Immigrants Live in Fear
October 30, 2018
The harsh immigration enforcement policies of the current administration have spread fear throughout America’s immigrant communities. They know the administration has prioritized detaining and deporting all unauthorized immigrants and the future of the Deferred Action for Childhood Arrivals (DACA) is uncertain as it is being battled out in courts across the country.
One of the results of the current administration’s immigration policies is the disruption of the learning experiences of millions of children. There are currently an estimated 6 million children who are U.S. citizens but have mixed-status families, and another 600,000 undocumented youth under 18 who attend school in the United States.
When Immigration and Customs Enforcement (ICE) conducts raids on plants to arrest undocumented workers, the following days see a huge drop in student attendance in area schools. This is because immigrant parents are afraid their children may not return, or that they themselves will be found and arrested.
Schools function as support centers, provide stability, and even a source of meals for many students. But when fear of deportation pervades the school atmosphere, many students stay home – and the ones who do not can suffer performance issues from stress.
Negative Impact on All Students
A study conducted by UCLA found that more than 60 percent of educators surveyed saw the negative effects of immigration enforcement in the academic performance of affected students. In the same study, 84 percent of educators said that students expressed their worries about the effects of immigration enforcement.
It is not only students from immigrant families who are affected. Other students can perceive the stress and anxiety of their peers who worry about immigration enforcement. This leads to the destabilization of the entire classroom. When a student misses school, and the class does not know when or if the student will be returning, the learning process is interrupted for everyone.
For very young students who cannot understand the immigration process or policy enforcement, even if they have legal residency or citizenship, they may still worry about being deported.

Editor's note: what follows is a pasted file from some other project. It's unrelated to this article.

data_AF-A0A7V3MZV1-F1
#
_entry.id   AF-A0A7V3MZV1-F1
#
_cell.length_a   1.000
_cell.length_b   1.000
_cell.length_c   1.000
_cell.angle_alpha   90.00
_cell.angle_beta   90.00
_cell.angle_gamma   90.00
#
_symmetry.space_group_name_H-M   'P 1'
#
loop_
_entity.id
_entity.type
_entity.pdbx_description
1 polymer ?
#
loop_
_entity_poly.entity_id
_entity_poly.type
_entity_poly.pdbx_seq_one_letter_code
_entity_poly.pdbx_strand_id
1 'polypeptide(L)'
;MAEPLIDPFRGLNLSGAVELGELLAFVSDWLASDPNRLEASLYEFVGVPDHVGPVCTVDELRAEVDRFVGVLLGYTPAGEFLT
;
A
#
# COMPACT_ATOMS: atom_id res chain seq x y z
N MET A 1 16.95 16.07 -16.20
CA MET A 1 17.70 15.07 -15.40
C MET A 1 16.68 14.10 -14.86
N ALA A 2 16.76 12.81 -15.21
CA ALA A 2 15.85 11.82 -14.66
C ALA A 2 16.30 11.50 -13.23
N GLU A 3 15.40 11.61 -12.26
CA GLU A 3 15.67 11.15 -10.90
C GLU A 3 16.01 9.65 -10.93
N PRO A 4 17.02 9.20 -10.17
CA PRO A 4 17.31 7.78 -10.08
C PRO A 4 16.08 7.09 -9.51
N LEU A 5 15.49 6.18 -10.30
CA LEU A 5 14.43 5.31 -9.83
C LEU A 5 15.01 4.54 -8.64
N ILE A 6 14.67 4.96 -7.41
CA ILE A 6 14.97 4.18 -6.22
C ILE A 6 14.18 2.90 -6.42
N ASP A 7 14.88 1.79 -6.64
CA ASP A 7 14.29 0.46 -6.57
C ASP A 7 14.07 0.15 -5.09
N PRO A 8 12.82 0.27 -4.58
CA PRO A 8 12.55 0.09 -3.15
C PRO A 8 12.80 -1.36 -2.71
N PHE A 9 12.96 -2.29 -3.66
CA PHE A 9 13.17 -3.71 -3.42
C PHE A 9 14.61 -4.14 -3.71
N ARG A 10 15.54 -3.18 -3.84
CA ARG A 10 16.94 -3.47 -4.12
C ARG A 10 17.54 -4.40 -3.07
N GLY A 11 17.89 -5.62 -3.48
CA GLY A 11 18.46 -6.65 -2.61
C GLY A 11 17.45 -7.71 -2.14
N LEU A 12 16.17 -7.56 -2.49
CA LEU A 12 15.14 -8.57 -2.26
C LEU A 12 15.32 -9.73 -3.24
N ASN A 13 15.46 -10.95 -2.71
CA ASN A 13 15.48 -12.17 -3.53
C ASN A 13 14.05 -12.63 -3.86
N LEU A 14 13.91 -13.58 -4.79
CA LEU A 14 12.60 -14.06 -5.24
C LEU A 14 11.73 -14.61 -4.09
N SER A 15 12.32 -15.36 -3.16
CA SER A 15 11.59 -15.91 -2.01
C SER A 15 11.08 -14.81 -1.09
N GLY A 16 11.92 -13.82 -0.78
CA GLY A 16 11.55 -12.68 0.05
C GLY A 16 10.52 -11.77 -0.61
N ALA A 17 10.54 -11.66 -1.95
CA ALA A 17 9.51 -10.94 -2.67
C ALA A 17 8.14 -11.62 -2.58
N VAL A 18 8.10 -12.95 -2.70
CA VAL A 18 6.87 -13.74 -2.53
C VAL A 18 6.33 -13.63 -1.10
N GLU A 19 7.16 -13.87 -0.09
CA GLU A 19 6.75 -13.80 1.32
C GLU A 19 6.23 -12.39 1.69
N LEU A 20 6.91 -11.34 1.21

Educators Under Stress
Aggressive immigration enforcement policies also affect educators, by making it more difficult to recruit and retain teachers. New research shows that educators who work with immigrant students feel anxious and overworked, regardless of their own status. These teachers end up filling the surrogate roles of social worker and advocate. When they feel helpless to support students traumatized by immigration enforcement, they may experience symptoms of trauma themselves.
Because the DACA program has been cut off, states with large populations of Latinx students find that the Latinx teacher-student gap is growing larger.
The Right of Students to Learn
Immigrant students and their parents should know that the Family Education Rights and Privacy Act (FERPA) says that schools are obligated to protect the confidentiality of student records and may not share student information with school resource officers, local police, or federal immigration officers without a warrant. Knowledge of the law can help mitigate the fear of being detained or deported.
Philadelphia Immigration Lawyers at the Law Offices of MC Law Group, LLC Fight for the Rights of Immigrants
If you are concerned about your immigration status, contact the experienced Philadelphia immigration lawyers at the Law Offices of MC Law Group, LLC Our dedicated attorneys have dealt with a wide range of immigration issues and know the many different government agencies that deal with immigration. For a free and confidential consultation about your case call 215-496-0690 or contact us online. We are conveniently located in Philadelphia serving clients throughout Pennsylvania and New Jersey.